And if business owners sell products with low margins, would they be making enough to tide over hard times? Finding the perfect balance of profitability versus popularity on price points is a perennial challenge for all business owners.
Of course, this isn’t to say that businesses are all innocent and at the mercy of economics and their customers. As in all industries, there are some bad eggs. But that is another issue altogether.
Putting a price tag on products
It’s easy to look at an item, say a cupcake, and put a price tag to each of the ingredients that go into it. But as customers, do we stop to see the passion and effort that goes into creating the product? Can we put a price on those intangibles?
And it’s not just about the F&B industry.
Artists and musicians require years of training to be recognised for their talent. It is an investment they have made over the years, which goes into the price of the products and services that they provide today. But the benefit that they give is intangible. How do you measure the appreciation that you feel when you view a piece of art or listen to a music performance?
So before we jump into conclusions and blacklist businesses for high prices, we should remember to factor in the intangibles.
And it can be measured simply by a single question: Aside from the cost of purchasing the product or service, did you have a good experience?
If so, don’t begrudge paying a little premium. If not, simply shop elsewhere.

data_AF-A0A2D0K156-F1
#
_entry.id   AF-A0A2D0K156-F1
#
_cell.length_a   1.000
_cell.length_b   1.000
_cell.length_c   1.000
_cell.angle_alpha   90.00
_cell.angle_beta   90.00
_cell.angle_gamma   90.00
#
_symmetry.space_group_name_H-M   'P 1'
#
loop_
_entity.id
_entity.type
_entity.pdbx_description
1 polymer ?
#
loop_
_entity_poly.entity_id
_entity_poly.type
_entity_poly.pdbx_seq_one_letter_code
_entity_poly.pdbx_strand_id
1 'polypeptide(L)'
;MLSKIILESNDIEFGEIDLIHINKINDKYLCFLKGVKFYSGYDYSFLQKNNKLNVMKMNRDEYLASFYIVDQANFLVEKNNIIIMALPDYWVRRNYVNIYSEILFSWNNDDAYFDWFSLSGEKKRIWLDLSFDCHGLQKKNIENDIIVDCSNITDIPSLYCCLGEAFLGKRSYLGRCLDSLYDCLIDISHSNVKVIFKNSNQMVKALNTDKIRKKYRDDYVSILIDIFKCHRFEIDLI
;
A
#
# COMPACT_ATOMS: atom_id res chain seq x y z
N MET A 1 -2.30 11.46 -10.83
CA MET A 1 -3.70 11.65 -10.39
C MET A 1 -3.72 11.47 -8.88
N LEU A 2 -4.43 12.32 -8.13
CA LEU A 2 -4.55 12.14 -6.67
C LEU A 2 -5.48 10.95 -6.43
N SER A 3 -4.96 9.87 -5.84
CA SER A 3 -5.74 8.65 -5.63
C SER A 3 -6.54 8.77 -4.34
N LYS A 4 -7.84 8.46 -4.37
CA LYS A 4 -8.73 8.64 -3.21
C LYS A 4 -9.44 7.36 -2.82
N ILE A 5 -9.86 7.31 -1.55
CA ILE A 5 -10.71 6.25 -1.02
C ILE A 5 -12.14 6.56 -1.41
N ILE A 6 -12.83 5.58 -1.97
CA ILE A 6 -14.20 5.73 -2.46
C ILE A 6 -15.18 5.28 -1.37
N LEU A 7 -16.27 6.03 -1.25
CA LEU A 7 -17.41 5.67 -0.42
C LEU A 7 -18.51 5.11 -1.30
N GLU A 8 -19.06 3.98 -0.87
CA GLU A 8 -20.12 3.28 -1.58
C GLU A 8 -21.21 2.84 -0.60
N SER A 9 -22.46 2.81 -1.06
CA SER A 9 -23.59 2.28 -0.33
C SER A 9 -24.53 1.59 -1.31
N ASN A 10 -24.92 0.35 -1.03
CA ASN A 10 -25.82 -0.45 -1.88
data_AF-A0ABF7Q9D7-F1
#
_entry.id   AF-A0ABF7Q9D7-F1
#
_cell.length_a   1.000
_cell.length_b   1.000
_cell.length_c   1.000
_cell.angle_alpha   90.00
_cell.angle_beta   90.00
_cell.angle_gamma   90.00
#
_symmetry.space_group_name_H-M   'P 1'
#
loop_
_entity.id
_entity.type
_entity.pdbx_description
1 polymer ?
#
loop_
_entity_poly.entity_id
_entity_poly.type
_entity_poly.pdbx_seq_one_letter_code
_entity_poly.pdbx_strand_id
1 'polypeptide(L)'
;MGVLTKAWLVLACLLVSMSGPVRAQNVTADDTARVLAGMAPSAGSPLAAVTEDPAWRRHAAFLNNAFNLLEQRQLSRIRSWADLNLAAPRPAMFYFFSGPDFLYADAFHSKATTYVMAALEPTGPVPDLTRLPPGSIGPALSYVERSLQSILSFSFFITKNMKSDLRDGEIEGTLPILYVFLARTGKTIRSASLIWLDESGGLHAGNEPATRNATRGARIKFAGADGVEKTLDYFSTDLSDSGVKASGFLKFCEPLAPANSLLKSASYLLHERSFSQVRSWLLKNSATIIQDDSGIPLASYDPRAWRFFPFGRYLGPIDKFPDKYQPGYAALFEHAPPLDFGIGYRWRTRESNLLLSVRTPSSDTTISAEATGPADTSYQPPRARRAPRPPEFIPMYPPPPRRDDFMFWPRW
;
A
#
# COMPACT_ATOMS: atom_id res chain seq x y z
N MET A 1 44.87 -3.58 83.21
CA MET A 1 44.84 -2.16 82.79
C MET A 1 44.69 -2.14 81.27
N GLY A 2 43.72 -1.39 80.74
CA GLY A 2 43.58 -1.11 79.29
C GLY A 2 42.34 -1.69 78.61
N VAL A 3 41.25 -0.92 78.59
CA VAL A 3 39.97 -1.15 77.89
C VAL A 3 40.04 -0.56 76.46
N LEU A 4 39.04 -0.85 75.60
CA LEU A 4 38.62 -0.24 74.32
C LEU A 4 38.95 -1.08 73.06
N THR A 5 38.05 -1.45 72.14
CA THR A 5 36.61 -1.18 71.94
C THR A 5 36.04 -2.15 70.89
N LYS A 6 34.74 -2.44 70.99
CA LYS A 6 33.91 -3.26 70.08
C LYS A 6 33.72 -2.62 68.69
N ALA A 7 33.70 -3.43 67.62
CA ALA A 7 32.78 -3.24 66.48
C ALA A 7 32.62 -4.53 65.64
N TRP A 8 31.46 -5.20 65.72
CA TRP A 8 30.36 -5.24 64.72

Complaining about a business, especially on social media, should be about warning others about your experience, not about exacting some sort of vengeance over a perceived “bad deal”.
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Don’t be a cheap customer
Customers also have to know that being frugal is different from being cheap.
Someone who is frugal sees value as the bottom line but is still willing to spend on what’s important to them, whereas when someone who is cheap aims to save money at all costs – even at the expense of others.
For example, a mother preparing for her daughter’s wedding wants a thousand guests but to cut costs, she hires the cheapest caterer and wedding planner without any research. On the wedding day, would it be a surprise if guests complain about the food or if the wedding planner doesn’t even show up?
Her daughter’s once-in-a-lifetime wedding is ruined because of her cheap mindset, and while you don’t have to spend $30,000 just for one day, a frugal person would keep expenses manageable while spending prudently on the things that matter.
As with everything else, dialogue is necessary
At the end of the day, constructive feedback between parties is important.
Business owners do not want to run a business without understanding what their customers want. Likewise, customers who don’t share their feedback will not see the business improving to what they expect it to be.
Above all, there must be a genuine commitment to improving customers’ experience. Just as we as customers should not leave negative reviews out of spite, businesses should also not delete bad feedback from their social media pages.
The most successful businesses train their employees on what to do in these situations and empower them to turn an angry customer into a returning one.
For example, some companies set aside a small fund that employees can use to fix a customer’s problem, no questions asked.
It can also be less stressful for everyone if there is a complaint process in place. With a bank of feedback from customers, business owners can track and gain insights from their customers and make plans to improve systematically.
Both businesses and customers need each other. Why not help each other out?
We may be among the world’s most demanding customers, but mutual understanding and respect is priceless.